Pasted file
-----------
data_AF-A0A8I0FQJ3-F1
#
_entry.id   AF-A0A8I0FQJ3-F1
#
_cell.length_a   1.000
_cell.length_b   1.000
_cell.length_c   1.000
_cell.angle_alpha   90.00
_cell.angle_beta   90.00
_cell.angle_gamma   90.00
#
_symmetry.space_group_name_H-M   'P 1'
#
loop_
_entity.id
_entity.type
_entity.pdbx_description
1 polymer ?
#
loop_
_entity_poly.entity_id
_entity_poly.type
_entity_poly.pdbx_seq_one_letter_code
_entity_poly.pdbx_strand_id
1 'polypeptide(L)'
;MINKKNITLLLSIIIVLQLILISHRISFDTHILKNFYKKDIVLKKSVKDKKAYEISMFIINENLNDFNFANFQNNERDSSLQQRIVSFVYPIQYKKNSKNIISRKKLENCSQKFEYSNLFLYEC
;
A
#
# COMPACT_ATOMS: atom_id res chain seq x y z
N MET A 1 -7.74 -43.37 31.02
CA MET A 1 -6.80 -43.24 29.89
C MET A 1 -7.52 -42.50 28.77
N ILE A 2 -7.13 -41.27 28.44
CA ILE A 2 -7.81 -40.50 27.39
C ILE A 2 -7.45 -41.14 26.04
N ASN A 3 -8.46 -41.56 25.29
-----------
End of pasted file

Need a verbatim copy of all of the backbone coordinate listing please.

data_AF-A0A8I0FQJ3-F1
#
_entry.id   AF-A0A8I0FQJ3-F1
#
_cell.length_a   1.000
_cell.length_b   1.000
_cell.length_c   1.000
_cell.angle_alpha   90.00
_cell.angle_beta   90.00
_cell.angle_gamma   90.00
#
_symmetry.space_group_name_H-M   'P 1'
#
loop_
_entity.id
_entity.type
_entity.pdbx_description
1 polymer ?
#
loop_
_entity_poly.entity_id
_entity_poly.type
_entity_poly.pdbx_seq_one_letter_code
_entity_poly.pdbx_strand_id
1 'polypeptide(L)'
;MINKKNITLLLSIIIVLQLILISHRISFDTHILKNFYKKDIVLKKSVKDKKAYEISMFIINENLNDFNFANFQNNERDSSLQQRIVSFVYPIQYKKNSKNIISRKKLENCSQKFEYSNLFLYEC
;
A
#
# COMPACT_ATOMS: atom_id res chain seq x y z
N MET A 1 -7.74 -43.37 31.02
CA MET A 1 -6.80 -43.24 29.89
C MET A 1 -7.52 -42.50 28.77
N ILE A 2 -7.13 -41.27 28.44
CA ILE A 2 -7.81 -40.50 27.39
C ILE A 2 -7.45 -41.14 26.04
N ASN A 3 -8.46 -41.56 25.29